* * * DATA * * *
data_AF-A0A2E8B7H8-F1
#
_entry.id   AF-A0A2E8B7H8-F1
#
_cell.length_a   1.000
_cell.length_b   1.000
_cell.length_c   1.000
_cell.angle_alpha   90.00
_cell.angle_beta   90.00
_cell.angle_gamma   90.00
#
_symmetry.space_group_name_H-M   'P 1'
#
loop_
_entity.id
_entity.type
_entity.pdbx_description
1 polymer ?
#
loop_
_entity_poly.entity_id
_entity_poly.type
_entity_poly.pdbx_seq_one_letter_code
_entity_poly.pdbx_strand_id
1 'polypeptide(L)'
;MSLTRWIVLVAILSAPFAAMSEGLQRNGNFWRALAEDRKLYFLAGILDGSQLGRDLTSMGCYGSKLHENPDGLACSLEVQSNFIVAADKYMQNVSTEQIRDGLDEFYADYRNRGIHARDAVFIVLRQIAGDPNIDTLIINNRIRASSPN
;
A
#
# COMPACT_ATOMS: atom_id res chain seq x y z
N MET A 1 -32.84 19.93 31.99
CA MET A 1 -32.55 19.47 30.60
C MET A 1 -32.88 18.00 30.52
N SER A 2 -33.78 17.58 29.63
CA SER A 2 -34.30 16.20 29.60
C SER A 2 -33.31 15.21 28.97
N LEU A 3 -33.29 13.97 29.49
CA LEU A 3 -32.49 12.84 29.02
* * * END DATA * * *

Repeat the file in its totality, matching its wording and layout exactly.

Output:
data_AF-A0A2E8B7H8-F1
#
_entry.id   AF-A0A2E8B7H8-F1
#
_cell.length_a   1.000
_cell.length_b   1.000
_cell.length_c   1.000
_cell.angle_alpha   90.00
_cell.angle_beta   90.00
_cell.angle_gamma   90.00
#
_symmetry.space_group_name_H-M   'P 1'
#
loop_
_entity.id
_entity.type
_entity.pdbx_description
1 polymer ?
#
loop_
_entity_poly.entity_id
_entity_poly.type
_entity_poly.pdbx_seq_one_letter_code
_entity_poly.pdbx_strand_id
1 'polypeptide(L)'
;MSLTRWIVLVAILSAPFAAMSEGLQRNGNFWRALAEDRKLYFLAGILDGSQLGRDLTSMGCYGSKLHENPDGLACSLEVQSNFIVAADKYMQNVSTEQIRDGLDEFYADYRNRGIHARDAVFIVLRQIAGDPNIDTLIINNRIRASSPN
;
A
#
# COMPACT_ATOMS: atom_id res chain seq x y z
N MET A 1 -32.84 19.93 31.99
CA MET A 1 -32.55 19.47 30.60
C MET A 1 -32.88 18.00 30.52
N SER A 2 -33.78 17.58 29.63
CA SER A 2 -34.30 16.20 29.60
C SER A 2 -33.31 15.21 28.97
N LEU A 3 -33.29 13.97 29.49
CA LEU A 3 -32.49 12.84 29.02